A repetitive strain injury is an injury that occurs from doing the same motion over and over again. Examples of these include carpal tunnel, bursitis, and tennis elbow. This type of injury can occur from tasks at work. However, there are ways you can prevent or minimize the chance for this type of injury. 

Repetitive Strain Injuries: What Are They

Carpal Tunnel

Carpal Tunnel is a condition that causes numbness, tingling, or weakness in your hand. This repetitive strain injury is caused by repetitive motions. These include motions like typing, or any wrist movements that you do over and over again. For example, people who work in dentistry have a high risk of carpal tunnel due to repetitive wrist movements while working. Also, you increase your risk when your hands are lower than your wrists while doing the movement.

The typical symptoms of carpal tunnel are not pleasant. For example, burning, tingling, or itching numbness in your palm and thumb or your index and middle fingers are symptoms. Other symptoms are weakness in your hand and trouble holding things, shock-like feelings that move into your fingers, and tingling that moves up into your arm. Proper ergonomics can help reduce the risk of this injury, but wrist braces are a good early treatment. 


Bursitis is inflammation or irritation of a bursa sac. These are fluid filled sacs that are all over your body. Bursitis is common around major joints like your shoulder, elbow, hip, or knee. This repetitive strain injury can be caused from workplace activities including carpentry, painting, and scrubbing.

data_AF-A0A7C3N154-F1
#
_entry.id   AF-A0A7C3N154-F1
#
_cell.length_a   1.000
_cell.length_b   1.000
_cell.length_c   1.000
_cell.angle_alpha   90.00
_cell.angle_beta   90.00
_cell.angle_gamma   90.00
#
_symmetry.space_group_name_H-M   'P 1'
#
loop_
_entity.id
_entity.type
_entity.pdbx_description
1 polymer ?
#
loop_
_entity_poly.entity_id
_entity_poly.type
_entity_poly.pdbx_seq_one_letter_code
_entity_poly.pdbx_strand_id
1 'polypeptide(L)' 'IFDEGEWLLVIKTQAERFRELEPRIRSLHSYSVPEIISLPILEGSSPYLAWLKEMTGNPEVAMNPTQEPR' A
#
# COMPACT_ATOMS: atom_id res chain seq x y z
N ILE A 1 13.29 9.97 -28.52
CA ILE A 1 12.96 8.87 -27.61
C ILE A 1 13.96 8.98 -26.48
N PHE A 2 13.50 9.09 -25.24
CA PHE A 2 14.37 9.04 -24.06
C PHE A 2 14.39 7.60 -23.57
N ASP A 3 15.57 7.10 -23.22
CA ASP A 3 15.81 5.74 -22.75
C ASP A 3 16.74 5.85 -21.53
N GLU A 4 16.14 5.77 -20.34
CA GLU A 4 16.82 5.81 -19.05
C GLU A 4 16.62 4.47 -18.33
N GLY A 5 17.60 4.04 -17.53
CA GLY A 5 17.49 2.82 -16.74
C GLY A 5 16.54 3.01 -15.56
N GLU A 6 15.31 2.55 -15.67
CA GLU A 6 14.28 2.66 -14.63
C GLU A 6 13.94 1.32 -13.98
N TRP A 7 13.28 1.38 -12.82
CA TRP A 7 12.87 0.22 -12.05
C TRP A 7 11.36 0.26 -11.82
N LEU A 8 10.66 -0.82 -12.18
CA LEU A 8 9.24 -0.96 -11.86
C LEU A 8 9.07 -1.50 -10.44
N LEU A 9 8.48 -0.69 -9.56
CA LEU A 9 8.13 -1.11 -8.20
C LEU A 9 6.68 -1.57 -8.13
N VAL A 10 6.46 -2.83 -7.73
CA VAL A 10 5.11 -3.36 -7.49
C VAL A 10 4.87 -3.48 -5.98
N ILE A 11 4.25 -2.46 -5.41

Common places for bursitis to happen are your elbow, shoulder, hip, thigh, buttocks, knee, achilles tendon or heel. This injury can cause pain, and you may notice your joint is red, stiff or swollen. Take breaks often when you’re making the same motions over and over again, and use good posture. If you start to have pain, stop, and see your doctor. 

Tennis Elbow

Another repetitive strain injury is tennis elbow. This is a painful condition that usually comes from repetitive use of the muscles and tendons of the forearm and the elbow joint. Surprisingly, only 5% of tennis elbow injuries come from tennis. 

Some workplace activities that could lead to tennis elbow include painting, working on cars or on an assembly line or playing a musical instrument. Other examples include kitchen work, such as cutting with a knife, or cutting trees with a chainsaw. This may cause your elbow to be sore. Treatment usually includes rest, ice, and over-the-counter pain medications. However, if the problem gets really bad, surgery may be needed.